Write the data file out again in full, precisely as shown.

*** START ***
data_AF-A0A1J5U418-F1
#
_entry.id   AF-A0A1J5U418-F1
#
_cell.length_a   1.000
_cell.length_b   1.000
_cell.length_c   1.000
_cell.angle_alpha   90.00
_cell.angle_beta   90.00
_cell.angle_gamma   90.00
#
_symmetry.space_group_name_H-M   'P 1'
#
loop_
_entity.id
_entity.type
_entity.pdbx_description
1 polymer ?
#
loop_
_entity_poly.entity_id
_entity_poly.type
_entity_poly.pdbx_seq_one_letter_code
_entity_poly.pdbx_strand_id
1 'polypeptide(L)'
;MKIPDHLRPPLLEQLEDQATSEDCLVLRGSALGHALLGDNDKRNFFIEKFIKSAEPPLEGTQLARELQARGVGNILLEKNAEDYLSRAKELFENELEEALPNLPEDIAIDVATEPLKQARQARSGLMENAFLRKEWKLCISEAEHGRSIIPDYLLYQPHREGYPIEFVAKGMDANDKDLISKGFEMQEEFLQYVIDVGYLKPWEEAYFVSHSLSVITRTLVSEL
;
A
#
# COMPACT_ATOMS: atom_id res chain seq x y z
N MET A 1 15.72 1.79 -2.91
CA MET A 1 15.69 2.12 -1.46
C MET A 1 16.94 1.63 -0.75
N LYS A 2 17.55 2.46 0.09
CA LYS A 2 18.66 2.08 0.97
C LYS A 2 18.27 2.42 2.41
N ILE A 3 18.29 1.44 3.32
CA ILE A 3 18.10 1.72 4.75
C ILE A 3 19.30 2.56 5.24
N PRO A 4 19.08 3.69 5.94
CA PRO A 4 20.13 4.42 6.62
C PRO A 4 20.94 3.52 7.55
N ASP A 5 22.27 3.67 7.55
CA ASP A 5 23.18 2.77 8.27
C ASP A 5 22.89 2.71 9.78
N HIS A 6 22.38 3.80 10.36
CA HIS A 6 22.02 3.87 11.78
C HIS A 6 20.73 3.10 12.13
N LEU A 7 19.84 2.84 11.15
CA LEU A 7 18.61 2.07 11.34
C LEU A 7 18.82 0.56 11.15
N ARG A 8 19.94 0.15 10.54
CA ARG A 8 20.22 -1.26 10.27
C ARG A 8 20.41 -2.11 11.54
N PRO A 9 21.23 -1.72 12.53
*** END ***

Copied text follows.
data_AF-A0A1J5U418-F1
#
_entry.id   AF-A0A1J5U418-F1
#
_cell.length_a   1.000
_cell.length_b   1.000
_cell.length_c   1.000
_cell.angle_alpha   90.00
_cell.angle_beta   90.00
_cell.angle_gamma   90.00
#
_symmetry.space_group_name_H-M   'P 1'
#
loop_
_entity.id
_entity.type
_entity.pdbx_description
1 polymer ?
#
loop_
_entity_poly.entity_id
_entity_poly.type
_entity_poly.pdbx_seq_one_letter_code
_entity_poly.pdbx_strand_id
1 'polypeptide(L)'
;MKIPDHLRPPLLEQLEDQATSEDCLVLRGSALGHALLGDNDKRNFFIEKFIKSAEPPLEGTQLARELQARGVGNILLEKNAEDYLSRAKELFENELEEALPNLPEDIAIDVATEPLKQARQARSGLMENAFLRKEWKLCISEAEHGRSIIPDYLLYQPHREGYPIEFVAKGMDANDKDLISKGFEMQEEFLQYVIDVGYLKPWEEAYFVSHSLSVITRTLVSEL
;
A
#
# COMPACT_ATOMS: atom_id res chain seq x y z
N MET A 1 15.72 1.79 -2.91
CA MET A 1 15.69 2.12 -1.46
C MET A 1 16.94 1.63 -0.75
N LYS A 2 17.55 2.46 0.09
CA LYS A 2 18.66 2.08 0.97
C LYS A 2 18.27 2.42 2.41
N ILE A 3 18.29 1.44 3.32
CA ILE A 3 18.10 1.72 4.75
C ILE A 3 19.30 2.56 5.24
N PRO A 4 19.08 3.69 5.94
CA PRO A 4 20.13 4.42 6.62
C PRO A 4 20.94 3.52 7.55
N ASP A 5 22.27 3.67 7.55
CA ASP A 5 23.18 2.77 8.27
C ASP A 5 22.89 2.71 9.78
N HIS A 6 22.38 3.80 10.36
CA HIS A 6 22.02 3.87 11.78
C HIS A 6 20.73 3.10 12.13
N LEU A 7 19.84 2.84 11.15
CA LEU A 7 18.61 2.07 11.34
C LEU A 7 18.82 0.56 11.15
N ARG A 8 19.94 0.15 10.54
CA ARG A 8 20.22 -1.26 10.27
C ARG A 8 20.41 -2.11 11.54
N PRO A 9 21.23 -1.72 12.53